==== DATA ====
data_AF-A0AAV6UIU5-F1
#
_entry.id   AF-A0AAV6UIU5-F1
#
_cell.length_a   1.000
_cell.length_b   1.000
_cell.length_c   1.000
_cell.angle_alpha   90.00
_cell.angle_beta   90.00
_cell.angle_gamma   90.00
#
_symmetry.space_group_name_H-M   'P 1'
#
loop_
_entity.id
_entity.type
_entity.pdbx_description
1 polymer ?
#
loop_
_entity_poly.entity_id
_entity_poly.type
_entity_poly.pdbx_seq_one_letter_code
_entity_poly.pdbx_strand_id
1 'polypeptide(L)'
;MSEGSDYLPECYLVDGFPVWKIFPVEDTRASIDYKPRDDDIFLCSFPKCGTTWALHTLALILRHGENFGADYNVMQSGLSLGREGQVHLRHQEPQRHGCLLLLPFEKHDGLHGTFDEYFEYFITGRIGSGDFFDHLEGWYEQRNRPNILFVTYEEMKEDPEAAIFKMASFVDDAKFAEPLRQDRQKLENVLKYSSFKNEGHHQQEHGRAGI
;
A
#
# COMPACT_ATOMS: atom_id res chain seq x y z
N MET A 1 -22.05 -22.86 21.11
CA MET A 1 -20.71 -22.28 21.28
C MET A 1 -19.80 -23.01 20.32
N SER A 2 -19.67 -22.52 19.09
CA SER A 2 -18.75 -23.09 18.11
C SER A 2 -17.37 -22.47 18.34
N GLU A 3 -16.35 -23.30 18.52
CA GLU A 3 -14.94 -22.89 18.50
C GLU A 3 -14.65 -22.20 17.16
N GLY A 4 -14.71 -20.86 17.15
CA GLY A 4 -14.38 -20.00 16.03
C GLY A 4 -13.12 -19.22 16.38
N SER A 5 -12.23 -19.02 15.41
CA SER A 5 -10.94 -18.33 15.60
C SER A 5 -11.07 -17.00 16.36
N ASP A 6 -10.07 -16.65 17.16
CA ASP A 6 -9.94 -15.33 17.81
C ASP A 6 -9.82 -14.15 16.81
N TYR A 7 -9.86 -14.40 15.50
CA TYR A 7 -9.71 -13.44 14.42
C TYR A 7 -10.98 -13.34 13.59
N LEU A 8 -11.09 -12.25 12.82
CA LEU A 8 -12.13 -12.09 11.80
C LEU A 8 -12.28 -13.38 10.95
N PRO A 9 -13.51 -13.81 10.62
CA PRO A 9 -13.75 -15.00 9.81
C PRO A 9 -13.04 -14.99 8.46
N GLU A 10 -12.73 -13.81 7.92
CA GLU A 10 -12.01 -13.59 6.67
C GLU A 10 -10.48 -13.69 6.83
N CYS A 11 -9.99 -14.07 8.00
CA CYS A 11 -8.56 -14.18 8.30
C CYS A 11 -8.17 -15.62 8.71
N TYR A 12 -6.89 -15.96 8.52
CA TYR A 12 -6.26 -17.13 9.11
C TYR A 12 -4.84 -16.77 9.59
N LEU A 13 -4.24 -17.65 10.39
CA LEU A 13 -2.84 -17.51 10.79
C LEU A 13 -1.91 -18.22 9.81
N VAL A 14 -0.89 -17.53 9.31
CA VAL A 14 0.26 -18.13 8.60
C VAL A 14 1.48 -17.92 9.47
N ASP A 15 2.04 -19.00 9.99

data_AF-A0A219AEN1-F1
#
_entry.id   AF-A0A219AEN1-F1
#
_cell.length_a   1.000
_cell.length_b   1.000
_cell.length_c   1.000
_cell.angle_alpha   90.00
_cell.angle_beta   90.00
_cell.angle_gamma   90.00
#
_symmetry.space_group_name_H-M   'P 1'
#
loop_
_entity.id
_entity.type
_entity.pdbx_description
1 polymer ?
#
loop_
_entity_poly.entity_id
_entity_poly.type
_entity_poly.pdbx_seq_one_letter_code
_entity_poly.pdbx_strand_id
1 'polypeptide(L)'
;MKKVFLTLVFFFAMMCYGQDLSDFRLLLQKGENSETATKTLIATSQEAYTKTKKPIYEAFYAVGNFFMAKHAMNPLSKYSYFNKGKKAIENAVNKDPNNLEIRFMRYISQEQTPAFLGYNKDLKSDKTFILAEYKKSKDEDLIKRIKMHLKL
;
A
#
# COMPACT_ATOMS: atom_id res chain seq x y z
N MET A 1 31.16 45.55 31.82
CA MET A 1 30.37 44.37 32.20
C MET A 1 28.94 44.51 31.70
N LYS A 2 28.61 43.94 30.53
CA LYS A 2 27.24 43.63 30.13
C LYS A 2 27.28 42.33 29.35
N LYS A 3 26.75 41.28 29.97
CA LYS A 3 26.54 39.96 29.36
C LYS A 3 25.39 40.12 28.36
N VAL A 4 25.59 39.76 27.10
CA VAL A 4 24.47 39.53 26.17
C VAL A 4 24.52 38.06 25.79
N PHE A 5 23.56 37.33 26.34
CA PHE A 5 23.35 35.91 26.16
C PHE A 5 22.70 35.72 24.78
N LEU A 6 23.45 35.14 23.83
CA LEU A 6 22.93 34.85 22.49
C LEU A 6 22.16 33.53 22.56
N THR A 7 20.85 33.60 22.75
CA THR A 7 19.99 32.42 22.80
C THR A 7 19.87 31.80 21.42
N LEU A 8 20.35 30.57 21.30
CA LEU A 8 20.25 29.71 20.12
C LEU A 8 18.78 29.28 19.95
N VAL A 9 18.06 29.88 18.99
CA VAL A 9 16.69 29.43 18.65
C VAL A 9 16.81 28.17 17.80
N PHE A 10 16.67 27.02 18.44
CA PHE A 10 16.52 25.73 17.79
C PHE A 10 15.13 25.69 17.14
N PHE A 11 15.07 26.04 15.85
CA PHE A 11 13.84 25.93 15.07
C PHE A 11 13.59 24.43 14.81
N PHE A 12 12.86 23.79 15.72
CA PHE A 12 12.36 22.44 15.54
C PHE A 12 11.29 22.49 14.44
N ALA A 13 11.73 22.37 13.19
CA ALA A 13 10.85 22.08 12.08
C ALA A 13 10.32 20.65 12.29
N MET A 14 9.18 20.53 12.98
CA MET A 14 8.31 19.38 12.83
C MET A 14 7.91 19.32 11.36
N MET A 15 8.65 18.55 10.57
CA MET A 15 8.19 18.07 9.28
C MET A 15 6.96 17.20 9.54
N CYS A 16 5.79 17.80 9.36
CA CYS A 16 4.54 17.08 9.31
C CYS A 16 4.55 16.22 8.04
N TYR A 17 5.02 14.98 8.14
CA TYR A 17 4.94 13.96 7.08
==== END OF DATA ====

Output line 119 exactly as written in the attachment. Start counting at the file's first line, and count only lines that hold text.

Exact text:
N LEU A 6 23.45 35.14 23.83